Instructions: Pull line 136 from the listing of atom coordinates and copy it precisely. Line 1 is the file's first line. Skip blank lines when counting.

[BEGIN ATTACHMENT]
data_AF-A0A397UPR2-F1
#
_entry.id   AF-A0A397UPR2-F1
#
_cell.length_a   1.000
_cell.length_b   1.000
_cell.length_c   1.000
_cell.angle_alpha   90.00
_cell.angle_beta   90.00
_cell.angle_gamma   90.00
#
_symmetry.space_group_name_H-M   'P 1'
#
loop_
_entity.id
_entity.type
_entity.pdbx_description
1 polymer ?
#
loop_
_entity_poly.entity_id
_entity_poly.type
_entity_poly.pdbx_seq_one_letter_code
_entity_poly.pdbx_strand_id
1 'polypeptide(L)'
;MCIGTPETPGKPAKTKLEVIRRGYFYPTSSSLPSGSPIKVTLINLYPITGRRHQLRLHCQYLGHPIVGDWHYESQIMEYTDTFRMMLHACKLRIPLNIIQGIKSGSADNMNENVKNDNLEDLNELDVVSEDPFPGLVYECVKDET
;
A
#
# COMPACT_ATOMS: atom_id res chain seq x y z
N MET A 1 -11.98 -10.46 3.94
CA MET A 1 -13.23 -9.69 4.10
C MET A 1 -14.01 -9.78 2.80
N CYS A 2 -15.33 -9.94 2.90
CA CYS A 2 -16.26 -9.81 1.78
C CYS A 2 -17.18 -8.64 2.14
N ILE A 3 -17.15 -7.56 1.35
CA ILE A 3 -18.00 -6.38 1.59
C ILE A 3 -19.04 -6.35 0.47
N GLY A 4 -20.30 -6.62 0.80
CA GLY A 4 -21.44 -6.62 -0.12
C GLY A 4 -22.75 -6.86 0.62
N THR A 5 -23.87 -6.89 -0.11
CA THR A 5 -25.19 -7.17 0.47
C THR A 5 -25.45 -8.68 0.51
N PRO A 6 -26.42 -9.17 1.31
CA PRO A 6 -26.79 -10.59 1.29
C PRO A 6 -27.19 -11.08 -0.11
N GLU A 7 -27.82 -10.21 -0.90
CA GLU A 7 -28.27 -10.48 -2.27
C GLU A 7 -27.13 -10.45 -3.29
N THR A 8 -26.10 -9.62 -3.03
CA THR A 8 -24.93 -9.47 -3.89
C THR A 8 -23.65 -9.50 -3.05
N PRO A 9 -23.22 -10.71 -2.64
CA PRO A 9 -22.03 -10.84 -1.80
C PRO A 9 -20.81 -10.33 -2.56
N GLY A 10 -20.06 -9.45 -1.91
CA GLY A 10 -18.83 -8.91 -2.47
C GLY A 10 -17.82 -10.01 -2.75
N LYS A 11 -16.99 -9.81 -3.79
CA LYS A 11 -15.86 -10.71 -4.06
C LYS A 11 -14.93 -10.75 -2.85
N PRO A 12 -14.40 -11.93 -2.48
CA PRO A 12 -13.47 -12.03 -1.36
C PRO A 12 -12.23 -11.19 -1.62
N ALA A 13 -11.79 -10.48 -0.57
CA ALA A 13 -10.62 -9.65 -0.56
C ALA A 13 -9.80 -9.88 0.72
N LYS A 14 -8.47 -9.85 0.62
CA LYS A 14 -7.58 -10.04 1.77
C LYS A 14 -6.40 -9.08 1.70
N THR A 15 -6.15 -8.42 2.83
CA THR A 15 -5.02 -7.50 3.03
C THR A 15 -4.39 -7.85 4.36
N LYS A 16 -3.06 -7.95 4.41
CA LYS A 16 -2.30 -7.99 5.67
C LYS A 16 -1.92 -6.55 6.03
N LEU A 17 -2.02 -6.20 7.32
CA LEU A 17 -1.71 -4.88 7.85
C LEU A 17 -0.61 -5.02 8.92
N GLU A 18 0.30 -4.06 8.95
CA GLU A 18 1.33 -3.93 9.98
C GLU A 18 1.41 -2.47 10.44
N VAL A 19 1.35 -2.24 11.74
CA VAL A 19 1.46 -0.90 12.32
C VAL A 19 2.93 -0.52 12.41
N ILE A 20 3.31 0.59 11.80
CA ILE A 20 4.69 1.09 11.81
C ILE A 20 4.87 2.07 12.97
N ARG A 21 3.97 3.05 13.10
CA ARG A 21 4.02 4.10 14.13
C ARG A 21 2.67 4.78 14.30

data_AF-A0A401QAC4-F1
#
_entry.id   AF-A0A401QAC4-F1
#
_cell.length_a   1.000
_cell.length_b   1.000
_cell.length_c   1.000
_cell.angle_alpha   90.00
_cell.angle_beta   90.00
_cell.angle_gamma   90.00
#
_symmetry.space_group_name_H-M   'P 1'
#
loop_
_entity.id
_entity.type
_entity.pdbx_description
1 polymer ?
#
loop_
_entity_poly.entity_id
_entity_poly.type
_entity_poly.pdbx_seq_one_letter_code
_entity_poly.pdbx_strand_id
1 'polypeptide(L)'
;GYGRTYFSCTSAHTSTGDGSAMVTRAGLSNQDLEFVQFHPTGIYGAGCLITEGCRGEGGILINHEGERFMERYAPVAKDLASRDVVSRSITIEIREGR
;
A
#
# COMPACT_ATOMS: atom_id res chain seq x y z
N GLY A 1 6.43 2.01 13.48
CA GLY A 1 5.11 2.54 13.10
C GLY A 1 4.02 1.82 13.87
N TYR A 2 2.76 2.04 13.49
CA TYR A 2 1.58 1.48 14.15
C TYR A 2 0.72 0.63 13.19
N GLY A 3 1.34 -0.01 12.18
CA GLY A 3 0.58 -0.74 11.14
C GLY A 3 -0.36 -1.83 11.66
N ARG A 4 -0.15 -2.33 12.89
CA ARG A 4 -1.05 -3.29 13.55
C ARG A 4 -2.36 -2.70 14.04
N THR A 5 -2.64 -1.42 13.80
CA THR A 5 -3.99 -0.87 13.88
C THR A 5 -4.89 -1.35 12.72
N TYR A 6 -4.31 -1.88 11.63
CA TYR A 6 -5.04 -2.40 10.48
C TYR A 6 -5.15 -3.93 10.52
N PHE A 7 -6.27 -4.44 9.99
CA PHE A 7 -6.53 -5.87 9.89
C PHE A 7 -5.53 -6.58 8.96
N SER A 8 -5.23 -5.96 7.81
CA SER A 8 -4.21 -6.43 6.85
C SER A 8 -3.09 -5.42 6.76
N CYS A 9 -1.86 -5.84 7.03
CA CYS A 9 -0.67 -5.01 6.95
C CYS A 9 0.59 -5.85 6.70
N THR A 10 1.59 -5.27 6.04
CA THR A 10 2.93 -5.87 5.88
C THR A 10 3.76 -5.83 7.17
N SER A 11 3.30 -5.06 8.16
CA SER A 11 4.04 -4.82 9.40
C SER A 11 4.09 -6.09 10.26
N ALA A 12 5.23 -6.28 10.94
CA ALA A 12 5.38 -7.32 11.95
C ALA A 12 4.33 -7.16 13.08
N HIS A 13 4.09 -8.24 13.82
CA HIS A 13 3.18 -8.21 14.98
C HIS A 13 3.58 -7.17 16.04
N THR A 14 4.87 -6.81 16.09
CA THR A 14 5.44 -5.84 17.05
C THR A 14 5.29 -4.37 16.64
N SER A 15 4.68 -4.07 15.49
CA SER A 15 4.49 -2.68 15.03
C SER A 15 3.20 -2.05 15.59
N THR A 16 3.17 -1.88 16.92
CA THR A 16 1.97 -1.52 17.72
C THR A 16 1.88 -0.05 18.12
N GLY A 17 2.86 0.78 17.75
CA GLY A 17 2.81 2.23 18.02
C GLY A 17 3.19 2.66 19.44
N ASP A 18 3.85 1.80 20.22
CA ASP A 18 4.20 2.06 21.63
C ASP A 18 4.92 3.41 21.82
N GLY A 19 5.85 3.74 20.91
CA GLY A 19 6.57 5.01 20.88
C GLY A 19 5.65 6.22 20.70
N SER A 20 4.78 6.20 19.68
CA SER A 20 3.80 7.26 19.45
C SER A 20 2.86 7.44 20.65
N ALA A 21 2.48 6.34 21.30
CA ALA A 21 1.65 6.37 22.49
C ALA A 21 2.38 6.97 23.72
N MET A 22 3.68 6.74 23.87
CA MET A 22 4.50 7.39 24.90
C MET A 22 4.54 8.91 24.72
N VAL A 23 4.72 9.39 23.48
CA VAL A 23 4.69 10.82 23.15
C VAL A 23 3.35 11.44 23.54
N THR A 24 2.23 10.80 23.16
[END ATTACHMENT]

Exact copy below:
N THR A 5 -2.64 -1.42 13.80